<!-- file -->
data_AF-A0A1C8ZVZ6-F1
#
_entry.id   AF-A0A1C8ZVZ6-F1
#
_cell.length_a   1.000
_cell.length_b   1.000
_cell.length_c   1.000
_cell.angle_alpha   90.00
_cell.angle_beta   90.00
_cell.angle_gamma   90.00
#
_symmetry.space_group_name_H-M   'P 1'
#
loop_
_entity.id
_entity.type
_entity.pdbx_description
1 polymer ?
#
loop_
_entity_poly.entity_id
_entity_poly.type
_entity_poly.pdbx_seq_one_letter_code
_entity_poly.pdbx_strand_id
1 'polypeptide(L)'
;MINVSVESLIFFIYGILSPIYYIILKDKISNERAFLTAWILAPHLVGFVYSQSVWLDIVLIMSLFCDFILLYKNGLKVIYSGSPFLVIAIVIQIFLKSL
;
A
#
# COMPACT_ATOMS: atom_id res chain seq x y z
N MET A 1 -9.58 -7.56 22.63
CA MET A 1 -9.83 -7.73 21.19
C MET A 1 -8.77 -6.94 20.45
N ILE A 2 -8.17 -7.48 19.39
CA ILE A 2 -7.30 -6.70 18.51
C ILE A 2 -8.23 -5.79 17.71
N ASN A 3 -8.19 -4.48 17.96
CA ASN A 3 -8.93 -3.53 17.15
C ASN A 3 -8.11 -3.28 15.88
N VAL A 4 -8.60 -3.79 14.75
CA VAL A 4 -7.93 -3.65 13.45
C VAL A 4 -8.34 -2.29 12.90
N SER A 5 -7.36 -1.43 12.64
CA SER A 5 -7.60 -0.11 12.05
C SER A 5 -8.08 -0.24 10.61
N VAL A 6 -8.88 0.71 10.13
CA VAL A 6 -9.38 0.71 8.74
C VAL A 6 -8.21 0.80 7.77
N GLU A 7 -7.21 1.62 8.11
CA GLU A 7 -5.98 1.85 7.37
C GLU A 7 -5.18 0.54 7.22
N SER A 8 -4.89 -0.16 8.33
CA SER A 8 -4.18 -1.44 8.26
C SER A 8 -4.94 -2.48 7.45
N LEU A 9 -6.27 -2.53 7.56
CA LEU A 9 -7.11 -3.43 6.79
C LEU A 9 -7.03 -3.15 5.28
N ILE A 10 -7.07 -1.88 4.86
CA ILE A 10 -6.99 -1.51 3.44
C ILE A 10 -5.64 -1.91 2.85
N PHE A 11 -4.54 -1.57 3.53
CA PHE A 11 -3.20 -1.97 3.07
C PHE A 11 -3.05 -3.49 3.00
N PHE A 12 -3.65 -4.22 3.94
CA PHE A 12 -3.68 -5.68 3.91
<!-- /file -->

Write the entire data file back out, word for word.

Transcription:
data_AF-A0A1C8ZVZ6-F1
#
_entry.id   AF-A0A1C8ZVZ6-F1
#
_cell.length_a   1.000
_cell.length_b   1.000
_cell.length_c   1.000
_cell.angle_alpha   90.00
_cell.angle_beta   90.00
_cell.angle_gamma   90.00
#
_symmetry.space_group_name_H-M   'P 1'
#
loop_
_entity.id
_entity.type
_entity.pdbx_description
1 polymer ?
#
loop_
_entity_poly.entity_id
_entity_poly.type
_entity_poly.pdbx_seq_one_letter_code
_entity_poly.pdbx_strand_id
1 'polypeptide(L)'
;MINVSVESLIFFIYGILSPIYYIILKDKISNERAFLTAWILAPHLVGFVYSQSVWLDIVLIMSLFCDFILLYKNGLKVIYSGSPFLVIAIVIQIFLKSL
;
A
#
# COMPACT_ATOMS: atom_id res chain seq x y z
N MET A 1 -9.58 -7.56 22.63
CA MET A 1 -9.83 -7.73 21.19
C MET A 1 -8.77 -6.94 20.45
N ILE A 2 -8.17 -7.48 19.39
CA ILE A 2 -7.30 -6.70 18.51
C ILE A 2 -8.23 -5.79 17.71
N ASN A 3 -8.19 -4.48 17.96
CA ASN A 3 -8.93 -3.53 17.15
C ASN A 3 -8.11 -3.28 15.88
N VAL A 4 -8.60 -3.79 14.75
CA VAL A 4 -7.93 -3.65 13.45
C VAL A 4 -8.34 -2.29 12.90
N SER A 5 -7.36 -1.43 12.64
CA SER A 5 -7.60 -0.11 12.05
C SER A 5 -8.08 -0.24 10.61
N VAL A 6 -8.88 0.71 10.13
CA VAL A 6 -9.38 0.71 8.74
C VAL A 6 -8.21 0.80 7.77
N GLU A 7 -7.21 1.62 8.11
CA GLU A 7 -5.98 1.85 7.37
C GLU A 7 -5.18 0.54 7.22
N SER A 8 -4.89 -0.16 8.33
CA SER A 8 -4.18 -1.44 8.26
C SER A 8 -4.94 -2.48 7.45
N LEU A 9 -6.27 -2.53 7.56
CA LEU A 9 -7.11 -3.43 6.79
C LEU A 9 -7.03 -3.15 5.28
N ILE A 10 -7.07 -1.88 4.86
CA ILE A 10 -6.99 -1.51 3.44
C ILE A 10 -5.64 -1.91 2.85
N PHE A 11 -4.54 -1.57 3.53
CA PHE A 11 -3.20 -1.97 3.07
C PHE A 11 -3.05 -3.49 3.00
N PHE A 12 -3.65 -4.22 3.94
CA PHE A 12 -3.68 -5.68 3.91